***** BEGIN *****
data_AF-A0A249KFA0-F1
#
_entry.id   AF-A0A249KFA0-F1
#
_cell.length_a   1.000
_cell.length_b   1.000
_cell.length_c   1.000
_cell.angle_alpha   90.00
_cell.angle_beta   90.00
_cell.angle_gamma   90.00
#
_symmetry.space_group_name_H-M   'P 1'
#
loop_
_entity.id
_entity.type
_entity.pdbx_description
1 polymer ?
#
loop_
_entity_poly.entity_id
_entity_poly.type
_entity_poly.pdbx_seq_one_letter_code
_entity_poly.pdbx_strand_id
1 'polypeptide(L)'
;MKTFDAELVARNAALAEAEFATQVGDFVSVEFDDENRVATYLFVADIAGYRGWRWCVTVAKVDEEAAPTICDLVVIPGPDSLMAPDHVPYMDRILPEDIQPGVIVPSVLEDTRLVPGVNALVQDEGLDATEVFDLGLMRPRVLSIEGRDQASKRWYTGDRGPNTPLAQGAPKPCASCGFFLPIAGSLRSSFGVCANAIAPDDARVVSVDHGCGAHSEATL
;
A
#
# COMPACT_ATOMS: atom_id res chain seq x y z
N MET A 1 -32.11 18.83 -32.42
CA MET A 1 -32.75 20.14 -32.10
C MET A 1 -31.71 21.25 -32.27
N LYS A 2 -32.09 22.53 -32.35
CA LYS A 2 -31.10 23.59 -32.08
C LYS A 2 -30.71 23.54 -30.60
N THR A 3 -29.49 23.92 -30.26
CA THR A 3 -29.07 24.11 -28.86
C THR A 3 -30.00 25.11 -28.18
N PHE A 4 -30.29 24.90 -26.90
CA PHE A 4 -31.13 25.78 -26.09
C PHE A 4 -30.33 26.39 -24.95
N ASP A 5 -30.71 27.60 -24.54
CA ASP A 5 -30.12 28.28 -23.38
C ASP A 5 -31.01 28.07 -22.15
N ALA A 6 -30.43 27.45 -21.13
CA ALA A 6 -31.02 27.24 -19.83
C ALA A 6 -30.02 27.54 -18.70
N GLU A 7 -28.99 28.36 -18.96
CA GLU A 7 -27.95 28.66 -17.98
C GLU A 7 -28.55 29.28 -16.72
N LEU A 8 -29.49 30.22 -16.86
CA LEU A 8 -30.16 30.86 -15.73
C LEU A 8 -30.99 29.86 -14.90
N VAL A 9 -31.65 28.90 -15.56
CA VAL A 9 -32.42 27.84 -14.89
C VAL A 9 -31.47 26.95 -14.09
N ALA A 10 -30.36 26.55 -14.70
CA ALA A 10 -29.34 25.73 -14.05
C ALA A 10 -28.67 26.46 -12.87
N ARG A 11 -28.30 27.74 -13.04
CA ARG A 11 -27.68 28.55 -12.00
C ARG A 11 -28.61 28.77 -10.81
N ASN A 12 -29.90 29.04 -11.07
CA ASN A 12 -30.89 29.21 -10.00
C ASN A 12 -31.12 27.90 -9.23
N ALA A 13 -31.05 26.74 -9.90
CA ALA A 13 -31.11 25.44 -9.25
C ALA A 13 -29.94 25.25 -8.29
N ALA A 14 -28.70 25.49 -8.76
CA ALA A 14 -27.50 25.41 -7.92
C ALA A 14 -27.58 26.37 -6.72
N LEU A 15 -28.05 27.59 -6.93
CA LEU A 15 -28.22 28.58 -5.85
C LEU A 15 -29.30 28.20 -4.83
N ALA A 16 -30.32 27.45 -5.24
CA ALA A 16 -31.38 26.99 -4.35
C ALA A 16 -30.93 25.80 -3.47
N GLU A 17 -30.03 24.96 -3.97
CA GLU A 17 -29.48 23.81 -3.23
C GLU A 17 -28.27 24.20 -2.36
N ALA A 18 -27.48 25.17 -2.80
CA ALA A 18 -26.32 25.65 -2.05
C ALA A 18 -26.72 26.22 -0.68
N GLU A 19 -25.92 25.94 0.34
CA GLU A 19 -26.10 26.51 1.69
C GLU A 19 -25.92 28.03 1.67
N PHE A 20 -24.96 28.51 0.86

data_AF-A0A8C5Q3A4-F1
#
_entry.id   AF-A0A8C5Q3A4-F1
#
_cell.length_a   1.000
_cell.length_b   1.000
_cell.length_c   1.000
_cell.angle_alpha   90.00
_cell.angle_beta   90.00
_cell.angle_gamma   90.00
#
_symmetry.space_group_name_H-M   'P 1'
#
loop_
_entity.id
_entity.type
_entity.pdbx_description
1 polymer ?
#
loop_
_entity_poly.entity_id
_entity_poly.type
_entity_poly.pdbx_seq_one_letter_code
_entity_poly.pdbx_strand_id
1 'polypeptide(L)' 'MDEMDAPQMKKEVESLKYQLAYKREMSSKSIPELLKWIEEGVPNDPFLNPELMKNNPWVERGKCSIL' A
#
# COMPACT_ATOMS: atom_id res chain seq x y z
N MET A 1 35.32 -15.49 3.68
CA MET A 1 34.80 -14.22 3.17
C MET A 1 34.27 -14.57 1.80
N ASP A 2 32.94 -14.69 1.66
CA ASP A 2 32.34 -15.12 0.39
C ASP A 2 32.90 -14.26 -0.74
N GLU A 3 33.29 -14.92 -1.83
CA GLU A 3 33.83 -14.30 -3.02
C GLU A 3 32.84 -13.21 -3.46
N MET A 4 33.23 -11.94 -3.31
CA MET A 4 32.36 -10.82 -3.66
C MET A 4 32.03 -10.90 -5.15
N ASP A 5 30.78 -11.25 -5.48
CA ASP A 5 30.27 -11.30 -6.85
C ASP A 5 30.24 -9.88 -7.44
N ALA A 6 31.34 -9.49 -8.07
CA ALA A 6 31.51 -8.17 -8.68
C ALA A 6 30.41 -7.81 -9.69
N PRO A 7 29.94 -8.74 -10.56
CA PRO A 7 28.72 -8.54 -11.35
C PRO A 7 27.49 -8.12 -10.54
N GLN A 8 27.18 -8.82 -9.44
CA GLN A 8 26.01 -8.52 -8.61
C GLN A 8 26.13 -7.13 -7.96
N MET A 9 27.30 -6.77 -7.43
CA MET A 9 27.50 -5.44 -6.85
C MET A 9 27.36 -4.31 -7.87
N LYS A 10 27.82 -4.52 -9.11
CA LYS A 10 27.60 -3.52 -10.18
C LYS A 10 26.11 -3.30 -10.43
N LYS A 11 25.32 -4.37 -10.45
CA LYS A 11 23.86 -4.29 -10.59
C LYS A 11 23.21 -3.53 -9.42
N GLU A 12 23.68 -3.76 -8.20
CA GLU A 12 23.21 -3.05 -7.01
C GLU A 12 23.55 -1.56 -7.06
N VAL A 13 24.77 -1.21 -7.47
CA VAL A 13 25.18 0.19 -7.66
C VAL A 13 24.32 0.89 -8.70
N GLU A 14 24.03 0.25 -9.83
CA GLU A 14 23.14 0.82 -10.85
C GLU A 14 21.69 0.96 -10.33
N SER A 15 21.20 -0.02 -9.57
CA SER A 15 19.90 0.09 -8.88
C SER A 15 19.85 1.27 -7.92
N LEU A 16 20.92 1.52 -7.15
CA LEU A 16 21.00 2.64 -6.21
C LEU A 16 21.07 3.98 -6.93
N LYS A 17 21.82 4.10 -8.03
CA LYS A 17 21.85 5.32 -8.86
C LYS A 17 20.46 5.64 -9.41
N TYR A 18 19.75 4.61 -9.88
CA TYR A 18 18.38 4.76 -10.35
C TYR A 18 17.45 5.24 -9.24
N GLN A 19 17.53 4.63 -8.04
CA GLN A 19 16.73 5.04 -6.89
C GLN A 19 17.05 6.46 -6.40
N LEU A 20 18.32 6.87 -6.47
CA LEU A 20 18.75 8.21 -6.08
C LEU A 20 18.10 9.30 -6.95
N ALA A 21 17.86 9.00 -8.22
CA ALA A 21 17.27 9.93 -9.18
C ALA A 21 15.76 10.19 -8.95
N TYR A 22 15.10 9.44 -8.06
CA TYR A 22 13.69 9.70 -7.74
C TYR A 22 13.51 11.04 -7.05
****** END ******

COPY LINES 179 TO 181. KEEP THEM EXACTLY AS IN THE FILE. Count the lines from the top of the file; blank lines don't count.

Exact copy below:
N TYR A 22 15.10 9.44 -8.06
CA TYR A 22 13.69 9.70 -7.74
C TYR A 22 13.51 11.04 -7.05